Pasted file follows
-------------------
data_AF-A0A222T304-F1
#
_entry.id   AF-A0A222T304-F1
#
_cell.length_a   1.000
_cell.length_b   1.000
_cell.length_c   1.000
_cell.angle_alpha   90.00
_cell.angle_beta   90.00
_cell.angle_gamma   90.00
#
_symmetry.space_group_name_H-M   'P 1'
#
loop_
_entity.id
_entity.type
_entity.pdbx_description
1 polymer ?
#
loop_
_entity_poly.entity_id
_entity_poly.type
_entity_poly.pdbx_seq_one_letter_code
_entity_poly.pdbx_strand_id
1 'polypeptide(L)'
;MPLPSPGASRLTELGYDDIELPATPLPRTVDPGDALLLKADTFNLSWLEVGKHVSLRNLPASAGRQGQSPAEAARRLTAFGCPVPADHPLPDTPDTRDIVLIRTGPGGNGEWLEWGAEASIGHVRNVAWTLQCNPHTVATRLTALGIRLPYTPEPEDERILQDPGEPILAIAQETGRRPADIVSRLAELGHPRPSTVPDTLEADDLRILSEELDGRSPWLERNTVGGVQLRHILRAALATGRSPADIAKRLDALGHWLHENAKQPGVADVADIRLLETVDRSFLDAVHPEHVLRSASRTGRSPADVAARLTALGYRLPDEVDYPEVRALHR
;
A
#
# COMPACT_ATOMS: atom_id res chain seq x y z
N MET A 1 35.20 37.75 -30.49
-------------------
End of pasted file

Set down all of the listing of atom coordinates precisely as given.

data_AF-A0A222T304-F1
#
_entry.id   AF-A0A222T304-F1
#
_cell.length_a   1.000
_cell.length_b   1.000
_cell.length_c   1.000
_cell.angle_alpha   90.00
_cell.angle_beta   90.00
_cell.angle_gamma   90.00
#
_symmetry.space_group_name_H-M   'P 1'
#
loop_
_entity.id
_entity.type
_entity.pdbx_description
1 polymer ?
#
loop_
_entity_poly.entity_id
_entity_poly.type
_entity_poly.pdbx_seq_one_letter_code
_entity_poly.pdbx_strand_id
1 'polypeptide(L)'
;MPLPSPGASRLTELGYDDIELPATPLPRTVDPGDALLLKADTFNLSWLEVGKHVSLRNLPASAGRQGQSPAEAARRLTAFGCPVPADHPLPDTPDTRDIVLIRTGPGGNGEWLEWGAEASIGHVRNVAWTLQCNPHTVATRLTALGIRLPYTPEPEDERILQDPGEPILAIAQETGRRPADIVSRLAELGHPRPSTVPDTLEADDLRILSEELDGRSPWLERNTVGGVQLRHILRAALATGRSPADIAKRLDALGHWLHENAKQPGVADVADIRLLETVDRSFLDAVHPEHVLRSASRTGRSPADVAARLTALGYRLPDEVDYPEVRALHR
;
A
#
# COMPACT_ATOMS: atom_id res chain seq x y z
N MET A 1 35.20 37.75 -30.49